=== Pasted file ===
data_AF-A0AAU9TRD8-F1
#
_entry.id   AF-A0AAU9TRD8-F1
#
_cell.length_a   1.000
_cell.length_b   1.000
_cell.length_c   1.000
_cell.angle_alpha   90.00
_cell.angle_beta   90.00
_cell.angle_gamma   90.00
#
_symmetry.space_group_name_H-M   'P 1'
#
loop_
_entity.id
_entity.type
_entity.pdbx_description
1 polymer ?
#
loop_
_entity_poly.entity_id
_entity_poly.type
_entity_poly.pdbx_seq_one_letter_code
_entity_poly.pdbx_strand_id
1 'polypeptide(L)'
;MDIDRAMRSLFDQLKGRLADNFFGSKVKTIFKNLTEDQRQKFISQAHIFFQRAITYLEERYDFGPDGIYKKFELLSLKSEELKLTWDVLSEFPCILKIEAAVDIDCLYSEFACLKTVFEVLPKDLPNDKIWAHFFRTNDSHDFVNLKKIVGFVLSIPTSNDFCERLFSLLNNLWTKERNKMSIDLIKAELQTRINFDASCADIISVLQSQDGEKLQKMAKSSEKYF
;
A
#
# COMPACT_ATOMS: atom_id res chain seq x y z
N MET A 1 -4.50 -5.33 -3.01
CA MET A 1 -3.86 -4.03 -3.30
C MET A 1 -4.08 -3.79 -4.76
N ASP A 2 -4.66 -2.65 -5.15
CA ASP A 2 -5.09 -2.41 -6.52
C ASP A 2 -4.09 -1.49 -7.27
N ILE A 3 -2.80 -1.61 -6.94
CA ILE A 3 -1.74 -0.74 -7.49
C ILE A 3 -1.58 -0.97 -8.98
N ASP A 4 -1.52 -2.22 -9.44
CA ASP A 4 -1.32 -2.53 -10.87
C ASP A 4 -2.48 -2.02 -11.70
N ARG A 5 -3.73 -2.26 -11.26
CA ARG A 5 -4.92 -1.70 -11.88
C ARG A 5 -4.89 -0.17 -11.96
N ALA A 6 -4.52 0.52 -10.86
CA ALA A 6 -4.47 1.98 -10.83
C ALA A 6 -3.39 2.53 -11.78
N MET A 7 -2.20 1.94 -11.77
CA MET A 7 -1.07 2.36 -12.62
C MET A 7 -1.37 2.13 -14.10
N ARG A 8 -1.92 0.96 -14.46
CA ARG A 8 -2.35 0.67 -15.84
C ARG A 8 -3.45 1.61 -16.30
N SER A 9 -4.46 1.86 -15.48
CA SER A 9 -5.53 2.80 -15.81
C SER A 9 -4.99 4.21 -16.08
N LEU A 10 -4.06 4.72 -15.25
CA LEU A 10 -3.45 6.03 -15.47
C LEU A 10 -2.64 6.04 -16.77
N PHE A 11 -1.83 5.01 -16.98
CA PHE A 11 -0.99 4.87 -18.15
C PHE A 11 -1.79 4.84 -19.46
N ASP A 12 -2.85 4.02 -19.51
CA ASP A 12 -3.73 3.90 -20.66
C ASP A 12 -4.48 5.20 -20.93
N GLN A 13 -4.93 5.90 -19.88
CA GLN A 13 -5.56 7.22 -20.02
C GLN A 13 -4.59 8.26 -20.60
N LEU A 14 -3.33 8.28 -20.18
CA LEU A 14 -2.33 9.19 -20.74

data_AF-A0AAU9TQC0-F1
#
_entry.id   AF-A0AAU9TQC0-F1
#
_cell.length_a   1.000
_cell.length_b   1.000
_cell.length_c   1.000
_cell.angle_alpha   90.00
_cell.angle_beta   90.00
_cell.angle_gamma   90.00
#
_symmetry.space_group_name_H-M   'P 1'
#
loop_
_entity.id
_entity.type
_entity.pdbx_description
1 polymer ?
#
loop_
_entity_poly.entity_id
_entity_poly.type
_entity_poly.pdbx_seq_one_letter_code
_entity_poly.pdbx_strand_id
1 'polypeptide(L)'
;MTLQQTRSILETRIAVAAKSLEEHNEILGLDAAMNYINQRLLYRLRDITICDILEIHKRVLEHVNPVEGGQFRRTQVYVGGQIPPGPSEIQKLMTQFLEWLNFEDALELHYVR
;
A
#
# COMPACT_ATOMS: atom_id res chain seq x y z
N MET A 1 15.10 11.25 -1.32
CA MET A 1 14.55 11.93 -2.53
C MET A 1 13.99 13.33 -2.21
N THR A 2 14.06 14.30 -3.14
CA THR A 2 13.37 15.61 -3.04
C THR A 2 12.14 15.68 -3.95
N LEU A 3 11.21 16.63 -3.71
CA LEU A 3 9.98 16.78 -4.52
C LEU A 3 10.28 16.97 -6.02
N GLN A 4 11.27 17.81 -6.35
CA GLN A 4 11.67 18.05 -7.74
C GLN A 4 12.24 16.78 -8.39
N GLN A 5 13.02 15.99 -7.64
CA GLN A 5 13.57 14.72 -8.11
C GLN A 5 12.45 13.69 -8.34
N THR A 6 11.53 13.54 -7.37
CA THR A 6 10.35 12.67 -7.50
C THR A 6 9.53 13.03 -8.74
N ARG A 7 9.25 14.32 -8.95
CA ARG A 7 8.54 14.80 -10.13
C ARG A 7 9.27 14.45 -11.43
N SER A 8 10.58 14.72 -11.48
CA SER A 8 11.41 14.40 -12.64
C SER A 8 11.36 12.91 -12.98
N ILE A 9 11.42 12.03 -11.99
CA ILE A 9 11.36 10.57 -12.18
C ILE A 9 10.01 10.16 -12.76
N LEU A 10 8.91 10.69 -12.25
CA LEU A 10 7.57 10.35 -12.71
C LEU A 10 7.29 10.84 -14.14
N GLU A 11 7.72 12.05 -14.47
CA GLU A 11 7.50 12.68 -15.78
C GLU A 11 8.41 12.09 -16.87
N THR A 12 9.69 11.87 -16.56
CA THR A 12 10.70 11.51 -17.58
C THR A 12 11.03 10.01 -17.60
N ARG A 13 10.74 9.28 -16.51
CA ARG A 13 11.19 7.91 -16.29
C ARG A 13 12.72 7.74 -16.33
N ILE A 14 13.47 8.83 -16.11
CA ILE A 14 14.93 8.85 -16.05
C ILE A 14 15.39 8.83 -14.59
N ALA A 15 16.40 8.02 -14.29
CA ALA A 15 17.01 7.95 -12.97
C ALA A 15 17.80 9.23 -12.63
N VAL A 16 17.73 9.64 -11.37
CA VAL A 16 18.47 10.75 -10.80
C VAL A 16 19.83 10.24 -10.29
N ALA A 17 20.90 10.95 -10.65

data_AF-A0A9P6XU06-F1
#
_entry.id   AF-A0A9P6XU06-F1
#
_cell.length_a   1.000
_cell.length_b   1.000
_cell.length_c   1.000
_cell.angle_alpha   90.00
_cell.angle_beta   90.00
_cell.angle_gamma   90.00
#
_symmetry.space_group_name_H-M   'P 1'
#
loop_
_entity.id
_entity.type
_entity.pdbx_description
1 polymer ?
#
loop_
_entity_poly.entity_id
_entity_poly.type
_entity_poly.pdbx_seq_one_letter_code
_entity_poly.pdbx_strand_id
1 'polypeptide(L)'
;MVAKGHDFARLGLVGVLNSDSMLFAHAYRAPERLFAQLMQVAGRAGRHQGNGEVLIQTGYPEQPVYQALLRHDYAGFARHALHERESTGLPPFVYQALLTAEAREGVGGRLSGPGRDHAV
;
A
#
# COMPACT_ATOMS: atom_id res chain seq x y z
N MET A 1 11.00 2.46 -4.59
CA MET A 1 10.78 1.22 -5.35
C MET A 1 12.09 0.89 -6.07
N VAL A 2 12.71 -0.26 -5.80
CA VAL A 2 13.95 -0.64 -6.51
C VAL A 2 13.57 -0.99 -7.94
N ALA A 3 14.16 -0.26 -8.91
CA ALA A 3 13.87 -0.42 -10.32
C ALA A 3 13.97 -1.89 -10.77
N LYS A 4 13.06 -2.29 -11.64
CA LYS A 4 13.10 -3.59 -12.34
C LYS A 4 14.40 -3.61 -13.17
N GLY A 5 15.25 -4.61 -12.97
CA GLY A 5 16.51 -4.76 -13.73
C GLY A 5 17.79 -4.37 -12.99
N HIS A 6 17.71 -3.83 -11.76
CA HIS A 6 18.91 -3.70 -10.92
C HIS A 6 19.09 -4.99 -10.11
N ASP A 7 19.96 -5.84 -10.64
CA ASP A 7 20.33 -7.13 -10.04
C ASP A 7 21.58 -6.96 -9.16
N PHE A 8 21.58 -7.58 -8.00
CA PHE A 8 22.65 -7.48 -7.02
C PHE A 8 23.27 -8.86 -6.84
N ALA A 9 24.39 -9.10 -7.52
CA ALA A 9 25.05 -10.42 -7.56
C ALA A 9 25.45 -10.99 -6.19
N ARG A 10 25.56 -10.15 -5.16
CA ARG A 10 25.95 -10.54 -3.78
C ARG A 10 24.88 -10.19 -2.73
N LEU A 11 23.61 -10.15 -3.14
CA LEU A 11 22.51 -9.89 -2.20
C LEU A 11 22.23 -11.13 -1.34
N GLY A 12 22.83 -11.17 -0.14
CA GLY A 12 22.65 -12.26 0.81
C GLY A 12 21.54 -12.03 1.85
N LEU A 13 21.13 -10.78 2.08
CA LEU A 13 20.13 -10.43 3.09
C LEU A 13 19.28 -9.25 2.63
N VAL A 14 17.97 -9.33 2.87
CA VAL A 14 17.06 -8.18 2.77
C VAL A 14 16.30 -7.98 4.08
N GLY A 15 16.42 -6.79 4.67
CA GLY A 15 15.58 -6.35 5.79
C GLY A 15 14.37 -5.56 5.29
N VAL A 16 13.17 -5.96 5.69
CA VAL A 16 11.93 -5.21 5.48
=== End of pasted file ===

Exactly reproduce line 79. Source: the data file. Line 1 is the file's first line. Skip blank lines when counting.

_cell.angle_alpha   90.00